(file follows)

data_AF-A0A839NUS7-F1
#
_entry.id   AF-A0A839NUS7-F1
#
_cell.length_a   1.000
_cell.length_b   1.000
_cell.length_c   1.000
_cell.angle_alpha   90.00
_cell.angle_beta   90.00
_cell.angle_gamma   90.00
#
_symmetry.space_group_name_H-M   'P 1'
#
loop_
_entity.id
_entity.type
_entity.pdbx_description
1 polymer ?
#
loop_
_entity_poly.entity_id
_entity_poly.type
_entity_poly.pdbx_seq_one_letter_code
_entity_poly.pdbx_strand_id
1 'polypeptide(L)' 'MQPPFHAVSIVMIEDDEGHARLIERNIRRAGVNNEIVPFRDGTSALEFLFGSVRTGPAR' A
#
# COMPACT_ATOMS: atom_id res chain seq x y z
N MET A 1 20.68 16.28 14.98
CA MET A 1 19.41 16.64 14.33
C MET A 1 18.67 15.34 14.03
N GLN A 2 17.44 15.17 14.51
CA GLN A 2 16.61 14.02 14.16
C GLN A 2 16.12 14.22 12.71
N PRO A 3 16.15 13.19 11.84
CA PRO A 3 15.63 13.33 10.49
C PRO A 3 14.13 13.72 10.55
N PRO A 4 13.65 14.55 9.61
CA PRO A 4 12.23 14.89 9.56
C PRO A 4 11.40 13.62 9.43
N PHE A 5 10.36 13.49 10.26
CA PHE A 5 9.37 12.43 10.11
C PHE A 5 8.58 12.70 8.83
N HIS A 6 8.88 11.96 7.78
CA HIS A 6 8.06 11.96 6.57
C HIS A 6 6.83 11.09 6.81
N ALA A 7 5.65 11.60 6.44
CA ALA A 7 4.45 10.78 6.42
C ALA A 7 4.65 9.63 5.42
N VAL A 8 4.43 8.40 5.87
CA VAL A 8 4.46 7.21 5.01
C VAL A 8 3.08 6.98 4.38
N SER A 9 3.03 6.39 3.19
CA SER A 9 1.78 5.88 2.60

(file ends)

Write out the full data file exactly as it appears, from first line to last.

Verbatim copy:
data_AF-A0A839NUS7-F1
#
_entry.id   AF-A0A839NUS7-F1
#
_cell.length_a   1.000
_cell.length_b   1.000
_cell.length_c   1.000
_cell.angle_alpha   90.00
_cell.angle_beta   90.00
_cell.angle_gamma   90.00
#
_symmetry.space_group_name_H-M   'P 1'
#
loop_
_entity.id
_entity.type
_entity.pdbx_description
1 polymer ?
#
loop_
_entity_poly.entity_id
_entity_poly.type
_entity_poly.pdbx_seq_one_letter_code
_entity_poly.pdbx_strand_id
1 'polypeptide(L)' 'MQPPFHAVSIVMIEDDEGHARLIERNIRRAGVNNEIVPFRDGTSALEFLFGSVRTGPAR' A
#
# COMPACT_ATOMS: atom_id res chain seq x y z
N MET A 1 20.68 16.28 14.98
CA MET A 1 19.41 16.64 14.33
C MET A 1 18.67 15.34 14.03
N GLN A 2 17.44 15.17 14.51
CA GLN A 2 16.61 14.02 14.16
C GLN A 2 16.12 14.22 12.71
N PRO A 3 16.15 13.19 11.84
CA PRO A 3 15.63 13.33 10.49
C PRO A 3 14.13 13.72 10.55
N PRO A 4 13.65 14.55 9.61
CA PRO A 4 12.23 14.89 9.56
C PRO A 4 11.40 13.62 9.43
N PHE A 5 10.36 13.49 10.26
CA PHE A 5 9.37 12.43 10.11
C PHE A 5 8.58 12.70 8.83
N HIS A 6 8.88 11.96 7.78
CA HIS A 6 8.06 11.96 6.57
C HIS A 6 6.83 11.09 6.81
N ALA A 7 5.65 11.60 6.44
CA ALA A 7 4.45 10.78 6.42
C ALA A 7 4.65 9.63 5.42
N VAL A 8 4.43 8.40 5.87
CA VAL A 8 4.46 7.21 5.01
C VAL A 8 3.08 6.98 4.38
N SER A 9 3.03 6.39 3.19
CA SER A 9 1.78 5.88 2.60